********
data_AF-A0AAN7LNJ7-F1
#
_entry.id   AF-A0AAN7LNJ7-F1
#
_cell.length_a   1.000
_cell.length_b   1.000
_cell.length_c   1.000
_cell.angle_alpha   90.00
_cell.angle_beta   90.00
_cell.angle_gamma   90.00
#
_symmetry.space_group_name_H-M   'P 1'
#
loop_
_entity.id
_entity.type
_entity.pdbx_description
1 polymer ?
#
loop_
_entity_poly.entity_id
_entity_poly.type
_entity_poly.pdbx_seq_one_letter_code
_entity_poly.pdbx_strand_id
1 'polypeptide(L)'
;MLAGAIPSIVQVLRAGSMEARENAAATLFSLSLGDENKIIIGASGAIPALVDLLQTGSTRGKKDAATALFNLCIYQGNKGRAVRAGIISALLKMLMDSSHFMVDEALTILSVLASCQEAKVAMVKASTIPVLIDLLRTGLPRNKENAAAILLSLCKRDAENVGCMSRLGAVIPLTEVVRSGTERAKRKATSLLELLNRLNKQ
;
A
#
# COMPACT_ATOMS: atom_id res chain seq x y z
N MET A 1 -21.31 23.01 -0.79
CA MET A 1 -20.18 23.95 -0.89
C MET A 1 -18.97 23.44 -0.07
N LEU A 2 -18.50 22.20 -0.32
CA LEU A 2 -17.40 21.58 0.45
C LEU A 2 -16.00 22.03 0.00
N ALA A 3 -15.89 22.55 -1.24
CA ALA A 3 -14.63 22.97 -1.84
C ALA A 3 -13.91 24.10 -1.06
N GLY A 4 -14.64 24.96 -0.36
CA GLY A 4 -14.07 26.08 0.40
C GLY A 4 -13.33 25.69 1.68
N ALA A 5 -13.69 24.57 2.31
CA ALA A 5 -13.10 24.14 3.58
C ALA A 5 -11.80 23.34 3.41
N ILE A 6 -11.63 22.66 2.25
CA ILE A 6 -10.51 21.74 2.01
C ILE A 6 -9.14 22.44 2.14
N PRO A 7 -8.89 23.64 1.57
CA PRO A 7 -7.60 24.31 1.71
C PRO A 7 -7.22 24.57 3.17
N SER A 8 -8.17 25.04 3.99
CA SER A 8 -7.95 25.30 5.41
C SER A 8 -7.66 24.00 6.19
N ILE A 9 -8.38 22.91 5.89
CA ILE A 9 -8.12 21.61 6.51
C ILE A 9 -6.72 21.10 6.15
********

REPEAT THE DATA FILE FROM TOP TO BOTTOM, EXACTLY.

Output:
data_AF-A0AAN7LNJ7-F1
#
_entry.id   AF-A0AAN7LNJ7-F1
#
_cell.length_a   1.000
_cell.length_b   1.000
_cell.length_c   1.000
_cell.angle_alpha   90.00
_cell.angle_beta   90.00
_cell.angle_gamma   90.00
#
_symmetry.space_group_name_H-M   'P 1'
#
loop_
_entity.id
_entity.type
_entity.pdbx_description
1 polymer ?
#
loop_
_entity_poly.entity_id
_entity_poly.type
_entity_poly.pdbx_seq_one_letter_code
_entity_poly.pdbx_strand_id
1 'polypeptide(L)'
;MLAGAIPSIVQVLRAGSMEARENAAATLFSLSLGDENKIIIGASGAIPALVDLLQTGSTRGKKDAATALFNLCIYQGNKGRAVRAGIISALLKMLMDSSHFMVDEALTILSVLASCQEAKVAMVKASTIPVLIDLLRTGLPRNKENAAAILLSLCKRDAENVGCMSRLGAVIPLTEVVRSGTERAKRKATSLLELLNRLNKQ
;
A
#
# COMPACT_ATOMS: atom_id res chain seq x y z
N MET A 1 -21.31 23.01 -0.79
CA MET A 1 -20.18 23.95 -0.89
C MET A 1 -18.97 23.44 -0.07
N LEU A 2 -18.50 22.20 -0.32
CA LEU A 2 -17.40 21.58 0.45
C LEU A 2 -16.00 22.03 0.00
N ALA A 3 -15.89 22.55 -1.24
CA ALA A 3 -14.63 22.97 -1.84
C ALA A 3 -13.91 24.10 -1.06
N GLY A 4 -14.64 24.96 -0.36
CA GLY A 4 -14.07 26.08 0.40
C GLY A 4 -13.33 25.69 1.68
N ALA A 5 -13.69 24.57 2.31
CA ALA A 5 -13.10 24.14 3.58
C ALA A 5 -11.80 23.34 3.41
N ILE A 6 -11.63 22.66 2.25
CA ILE A 6 -10.51 21.74 2.01
C ILE A 6 -9.14 22.44 2.14
N PRO A 7 -8.89 23.64 1.57
CA PRO A 7 -7.60 24.31 1.71
C PRO A 7 -7.22 24.57 3.17
N SER A 8 -8.17 25.04 3.99
CA SER A 8 -7.95 25.30 5.41
C SER A 8 -7.66 24.00 6.19
N ILE A 9 -8.38 22.91 5.89
CA ILE A 9 -8.12 21.61 6.51
C ILE A 9 -6.72 21.10 6.15